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I am in the process of making an application for the iPhone. I am using core data to store a lot of information but have come across a slight stumble.

As a very simplistic example I have an entity that has a password attribute. This attribute is optional.

I have automatically generated a NSManagedObject subclass.

What I would like to do is extend this subclass for the following reason. The password is optional. If the user decides that the app should not remember the password then I would like a customer getter and setter for this attribute.

The setter would check if the password should be stored. If it should then it passes it to the entity subclass. If not my own subclass stores the information.

The getter would check where the password resides and return this.

The advantage would be the class would behave the same regardless of whether the password is stored in the core data model or not.

I have tried to do some searching to see if this will cause any problems but not really coming across much at present.

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Are you saying that the password will be stored one way or another? Either in Core Data or in your own storage? –  erdekhayser Sep 27 '13 at 1:00
    
Hi. No slight misunderstanding. If the user elects for the app to remember the password it would be stored in the core data. If they choose for the app not to remember the password the user would be requested the first time it is needed and it would be stored in my own subclass for the lifetime of the apps instance. –  Peter Sep 27 '13 at 2:06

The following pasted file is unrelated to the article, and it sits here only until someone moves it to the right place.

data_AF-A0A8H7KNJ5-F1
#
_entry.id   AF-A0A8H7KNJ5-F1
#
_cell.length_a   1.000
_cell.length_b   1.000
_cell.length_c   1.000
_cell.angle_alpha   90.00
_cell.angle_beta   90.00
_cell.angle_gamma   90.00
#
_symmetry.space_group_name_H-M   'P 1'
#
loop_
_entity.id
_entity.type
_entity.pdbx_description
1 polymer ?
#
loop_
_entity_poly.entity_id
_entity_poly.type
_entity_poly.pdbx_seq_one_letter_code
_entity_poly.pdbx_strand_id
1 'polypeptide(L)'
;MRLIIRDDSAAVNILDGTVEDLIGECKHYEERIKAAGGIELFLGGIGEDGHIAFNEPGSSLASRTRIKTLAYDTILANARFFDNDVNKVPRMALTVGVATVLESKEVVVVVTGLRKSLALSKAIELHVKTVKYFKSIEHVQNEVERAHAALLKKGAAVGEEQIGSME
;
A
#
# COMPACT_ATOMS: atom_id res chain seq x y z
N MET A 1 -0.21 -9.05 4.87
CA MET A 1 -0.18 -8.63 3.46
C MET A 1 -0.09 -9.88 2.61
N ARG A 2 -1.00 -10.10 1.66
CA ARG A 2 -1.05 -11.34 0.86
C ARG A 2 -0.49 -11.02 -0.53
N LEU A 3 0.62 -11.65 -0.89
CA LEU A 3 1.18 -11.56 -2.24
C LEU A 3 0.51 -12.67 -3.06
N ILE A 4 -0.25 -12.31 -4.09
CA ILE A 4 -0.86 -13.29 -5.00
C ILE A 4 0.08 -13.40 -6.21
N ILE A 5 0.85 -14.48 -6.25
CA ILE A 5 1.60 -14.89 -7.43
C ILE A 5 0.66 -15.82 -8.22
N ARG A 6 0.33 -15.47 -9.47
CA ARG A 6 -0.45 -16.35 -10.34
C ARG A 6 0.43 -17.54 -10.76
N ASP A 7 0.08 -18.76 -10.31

Oh alright. When you said it would be stored in an instance, I was not sure whether or not it was being stored or not. I found it odd that it would get stored no matter what the user chooses, but now it makes sense. –  erdekhayser Sep 27 '13 at 21:24
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1 Answer

up vote 1 down vote accepted

Yes, it's fine to do this. You can do this via either a category or custom setters and getters on your NSManagedObject subclass.

However, be careful with your custom setters and getters.

You will need to use NSManagedObject's instance methods for getting and setting primitive values (managed by the data model).

For getting primitives, use primitiveValueForKey:. For setting, use setPrimitiveValue:forKey:.

In this situation, I'd create a custom setter for the password attribute on your NSManagedObject subclass.

Something like this

- (void)setPassword:(NSString *)password
{
    BOOL shouldSetPassword = ... // your custom logic here to determine if the password should be set or not

    if (!shouldSetPassword)
        return;

    NSString *key = @"password";
    NSString *value = [self primitiveValueForKey:key];

    if (value == password)
        return;

    [self willChangeValueForKey:key];
    [self setPrimitiveValue:password forKey:key];
    [self didChangeValueForKey:key];
}
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Hey this looks to address exactly what I meant. Cheers –  Peter Sep 27 '13 at 2:07
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